In India ‘Kolam‘ (muggu or rangoli) is one of the important traditional values in every home. It is related to auspiciousness, wellness and lot more.
Traditionally it is a practice to put kolams with rice flour (the reason behind it is to feed the ants, birds and other small creatures). However now people use different mediums like ‘kola podi‘(white rock powder) or ‘kolakkal‘ (white rock stone) or ‘semman’(red brick powder).
Whenever I recollect my memories about kolams in my home, there had always been one in the front of our house. Let it be the big front yard in my native or the small front space in our new house (where we later moved to, in the nearby city) mom ensures that there is always a kolam all the days, at least a simple one! Not just my mom, it’s a common practice in most Indian homes.
Now being in a city and leading a life in apartment, I don’t have much space or facilities for such kolams. A few steps out of my house, I’d land up in the opposite flat..! My mom suggested me to paste vinyl sticker (she doesn’t want me to struggle, besides handling the kid, home and other things..) and my MIL suggested to use chalk piece. But I was very hesitant to do both. Because, let it be my mom or my mother in law, they both have always nurtured good practices. Doesn’t matter how much time, effort or dedication it consumes, they just keep up those practices. Strictly no short cuts or work arounds..!! How much ever I do, it’s definitely going to be far less when compared to them.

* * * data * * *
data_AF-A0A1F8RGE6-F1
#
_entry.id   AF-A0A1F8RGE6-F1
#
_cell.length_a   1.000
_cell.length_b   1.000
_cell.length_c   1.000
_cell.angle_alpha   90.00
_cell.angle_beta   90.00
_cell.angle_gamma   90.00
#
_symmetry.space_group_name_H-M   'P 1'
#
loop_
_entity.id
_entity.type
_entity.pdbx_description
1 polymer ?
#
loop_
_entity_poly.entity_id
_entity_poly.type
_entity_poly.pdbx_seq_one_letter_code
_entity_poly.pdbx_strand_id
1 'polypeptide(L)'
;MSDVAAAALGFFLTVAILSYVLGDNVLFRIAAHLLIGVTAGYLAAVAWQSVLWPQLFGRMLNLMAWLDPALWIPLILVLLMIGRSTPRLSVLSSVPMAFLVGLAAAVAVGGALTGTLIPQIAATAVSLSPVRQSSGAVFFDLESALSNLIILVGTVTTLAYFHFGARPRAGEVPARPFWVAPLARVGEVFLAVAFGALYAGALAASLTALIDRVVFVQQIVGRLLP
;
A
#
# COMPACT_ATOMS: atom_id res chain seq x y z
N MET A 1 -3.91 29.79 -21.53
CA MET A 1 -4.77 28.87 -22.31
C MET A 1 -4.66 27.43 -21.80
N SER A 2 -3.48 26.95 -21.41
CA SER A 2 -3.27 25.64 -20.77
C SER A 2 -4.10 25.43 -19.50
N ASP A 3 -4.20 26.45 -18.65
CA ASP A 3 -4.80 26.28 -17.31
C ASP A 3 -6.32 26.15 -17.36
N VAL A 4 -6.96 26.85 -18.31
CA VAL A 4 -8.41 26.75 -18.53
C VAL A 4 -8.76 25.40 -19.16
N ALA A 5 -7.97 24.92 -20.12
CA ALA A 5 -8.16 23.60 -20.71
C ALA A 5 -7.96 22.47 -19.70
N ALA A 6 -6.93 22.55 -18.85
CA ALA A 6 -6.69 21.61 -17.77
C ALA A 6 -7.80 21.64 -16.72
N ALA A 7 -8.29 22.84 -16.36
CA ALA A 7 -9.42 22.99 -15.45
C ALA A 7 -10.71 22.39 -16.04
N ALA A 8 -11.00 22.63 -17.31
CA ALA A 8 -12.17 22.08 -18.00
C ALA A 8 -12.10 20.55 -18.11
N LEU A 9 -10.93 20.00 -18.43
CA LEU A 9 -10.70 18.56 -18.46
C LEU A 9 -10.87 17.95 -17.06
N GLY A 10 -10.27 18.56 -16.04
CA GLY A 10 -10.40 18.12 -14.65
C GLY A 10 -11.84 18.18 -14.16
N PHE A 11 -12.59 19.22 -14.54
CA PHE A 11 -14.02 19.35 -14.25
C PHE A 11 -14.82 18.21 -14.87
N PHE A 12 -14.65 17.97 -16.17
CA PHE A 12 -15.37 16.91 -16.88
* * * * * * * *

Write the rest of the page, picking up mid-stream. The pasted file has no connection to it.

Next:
Earlier when I was working I had never thought about kolams or never felt guilty for not doing that. Now that I’m a mother, I know that, what I do will reach my kid rather than what I teach. My mom and mother in law had carried few traditions up to us. Now it’s up to me whether I take it forward to the next generation or not. So, I decided to put kolams regularly (at least as much as possible.. You know, something is better than nothing 😉).
I tried various methods. White rock powder looked bright and visible. But that got easily smudged and brought more dust into the house.
Store bought rice flour (dissolved in water) was not so bright and it was really difficult to track while drawing as it was almost invisible when wet.
Rice flour paste (raw rice soaked in water and ground) was really so bright and I just loved it (because of the look and also the satisfaction that I’m following the traditional method). However, making rice flour every day was a painful job. Also it lead to more wastage (the left over flour gets spoiled within a day or two and even stinks badly).
So I came up with this easy solution to prepare and store the rice flour cakes.
- Take one cup of raw rice
- Soak it in water for 3-4 hours (You can also soak overnight)
- Drain the excess water and grind well in mixer to a smooth and thick paste.
- Now pour in a plate or shallow bowl and dry under the hot sun for half a day.Flip the cake upside down to ensure that both the sides are dried well.
- Now you get nice rice flour cake. Break them into many smaller pieces. And dry them again in hot sun for another 3-4 hours.
- And now you are done. Store them away from moisture and dust.
Dissolve required amount of this cake in water (to the desired consistency). And use it as usual to put your kolams. I use an ear bud or paint brush to draw the kolams.
You will get the same result as that of freshly ground rice flour paste..!!
So easy and quick. Isn’t?
Apart from ‘tradition’, kolam is all about geometric patterns, symmetry, curves, dots and connecting lines..!! It increases concentration, memory power and also a good exercise for mind and body. The art of drawing ‘mandalas‘ have their roots in Indian kolams and rangolis.